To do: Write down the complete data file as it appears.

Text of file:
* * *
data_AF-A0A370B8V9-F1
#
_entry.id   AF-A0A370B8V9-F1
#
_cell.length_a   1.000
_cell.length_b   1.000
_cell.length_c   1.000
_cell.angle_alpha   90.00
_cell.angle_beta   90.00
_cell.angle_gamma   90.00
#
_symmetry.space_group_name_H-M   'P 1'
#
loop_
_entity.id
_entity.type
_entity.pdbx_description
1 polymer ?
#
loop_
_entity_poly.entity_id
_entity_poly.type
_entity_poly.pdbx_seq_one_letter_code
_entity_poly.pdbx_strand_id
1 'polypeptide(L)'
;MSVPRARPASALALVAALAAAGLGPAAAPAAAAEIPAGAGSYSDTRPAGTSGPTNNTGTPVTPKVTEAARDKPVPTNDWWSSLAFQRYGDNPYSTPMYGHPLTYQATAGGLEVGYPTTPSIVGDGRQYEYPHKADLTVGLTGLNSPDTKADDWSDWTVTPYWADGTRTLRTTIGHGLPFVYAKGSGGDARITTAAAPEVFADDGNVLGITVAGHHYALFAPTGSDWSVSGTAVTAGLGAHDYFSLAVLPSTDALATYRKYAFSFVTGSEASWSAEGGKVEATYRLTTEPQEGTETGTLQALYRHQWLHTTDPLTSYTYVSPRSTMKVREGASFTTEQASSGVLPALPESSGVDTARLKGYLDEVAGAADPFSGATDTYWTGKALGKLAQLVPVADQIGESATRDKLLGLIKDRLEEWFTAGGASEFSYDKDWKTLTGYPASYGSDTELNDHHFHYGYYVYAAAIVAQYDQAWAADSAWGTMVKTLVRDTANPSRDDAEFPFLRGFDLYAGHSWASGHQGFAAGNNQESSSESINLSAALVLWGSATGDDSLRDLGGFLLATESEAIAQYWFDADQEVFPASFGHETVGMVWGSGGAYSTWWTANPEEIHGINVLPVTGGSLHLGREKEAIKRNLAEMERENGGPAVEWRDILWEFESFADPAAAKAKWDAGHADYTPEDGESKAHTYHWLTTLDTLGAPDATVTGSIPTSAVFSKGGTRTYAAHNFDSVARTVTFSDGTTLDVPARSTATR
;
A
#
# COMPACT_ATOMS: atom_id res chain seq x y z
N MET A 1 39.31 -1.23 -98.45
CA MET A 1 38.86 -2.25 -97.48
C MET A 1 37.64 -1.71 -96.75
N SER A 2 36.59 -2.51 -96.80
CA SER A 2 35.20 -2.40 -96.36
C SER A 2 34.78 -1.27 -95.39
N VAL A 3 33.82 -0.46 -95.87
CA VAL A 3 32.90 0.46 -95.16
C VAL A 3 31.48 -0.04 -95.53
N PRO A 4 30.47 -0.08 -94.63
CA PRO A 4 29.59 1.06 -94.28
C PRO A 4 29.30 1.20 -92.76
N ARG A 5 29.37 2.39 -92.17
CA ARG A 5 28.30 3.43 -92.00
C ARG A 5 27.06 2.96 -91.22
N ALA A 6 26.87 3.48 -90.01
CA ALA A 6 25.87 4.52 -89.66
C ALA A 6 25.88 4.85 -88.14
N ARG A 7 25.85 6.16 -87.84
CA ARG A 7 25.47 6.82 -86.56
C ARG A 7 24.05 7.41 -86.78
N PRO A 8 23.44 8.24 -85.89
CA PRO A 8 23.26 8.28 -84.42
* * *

data_AF-A0A370B8V9-F1
#
_entry.id   AF-A0A370B8V9-F1
#
_cell.length_a   1.000
_cell.length_b   1.000
_cell.length_c   1.000
_cell.angle_alpha   90.00
_cell.angle_beta   90.00
_cell.angle_gamma   90.00
#
_symmetry.space_group_name_H-M   'P 1'
#
loop_
_entity.id
_entity.type
_entity.pdbx_description
1 polymer ?
#
loop_
_entity_poly.entity_id
_entity_poly.type
_entity_poly.pdbx_seq_one_letter_code
_entity_poly.pdbx_strand_id
1 'polypeptide(L)'
;MSVPRARPASALALVAALAAAGLGPAAAPAAAAEIPAGAGSYSDTRPAGTSGPTNNTGTPVTPKVTEAARDKPVPTNDWWSSLAFQRYGDNPYSTPMYGHPLTYQATAGGLEVGYPTTPSIVGDGRQYEYPHKADLTVGLTGLNSPDTKADDWSDWTVTPYWADGTRTLRTTIGHGLPFVYAKGSGGDARITTAAAPEVFADDGNVLGITVAGHHYALFAPTGSDWSVSGTAVTAGLGAHDYFSLAVLPSTDALATYRKYAFSFVTGSEASWSAEGGKVEATYRLTTEPQEGTETGTLQALYRHQWLHTTDPLTSYTYVSPRSTMKVREGASFTTEQASSGVLPALPESSGVDTARLKGYLDEVAGAADPFSGATDTYWTGKALGKLAQLVPVADQIGESATRDKLLGLIKDRLEEWFTAGGASEFSYDKDWKTLTGYPASYGSDTELNDHHFHYGYYVYAAAIVAQYDQAWAADSAWGTMVKTLVRDTANPSRDDAEFPFLRGFDLYAGHSWASGHQGFAAGNNQESSSESINLSAALVLWGSATGDDSLRDLGGFLLATESEAIAQYWFDADQEVFPASFGHETVGMVWGSGGAYSTWWTANPEEIHGINVLPVTGGSLHLGREKEAIKRNLAEMERENGGPAVEWRDILWEFESFADPAAAKAKWDAGHADYTPEDGESKAHTYHWLTTLDTLGAPDATVTGSIPTSAVFSKGGTRTYAAHNFDSVARTVTFSDGTTLDVPARSTATR
;
A
#
# COMPACT_ATOMS: atom_id res chain seq x y z
N MET A 1 39.31 -1.23 -98.45
CA MET A 1 38.86 -2.25 -97.48
C MET A 1 37.64 -1.71 -96.75
N SER A 2 36.59 -2.51 -96.80
CA SER A 2 35.20 -2.40 -96.36
C SER A 2 34.78 -1.27 -95.39
N VAL A 3 33.82 -0.46 -95.87
CA VAL A 3 32.90 0.46 -95.16
C VAL A 3 31.48 -0.04 -95.53
N PRO A 4 30.47 -0.08 -94.63
CA PRO A 4 29.59 1.06 -94.28
C PRO A 4 29.30 1.20 -92.76
N ARG A 5 29.37 2.39 -92.17
CA ARG A 5 28.30 3.43 -92.00
C ARG A 5 27.06 2.96 -91.22
N ALA A 6 26.87 3.48 -90.01
CA ALA A 6 25.87 4.52 -89.66
C ALA A 6 25.88 4.85 -88.14
N ARG A 7 25.85 6.16 -87.84
CA ARG A 7 25.47 6.82 -86.56
C ARG A 7 24.05 7.41 -86.78
N PRO A 8 23.44 8.24 -85.89
CA PRO A 8 23.26 8.28 -84.42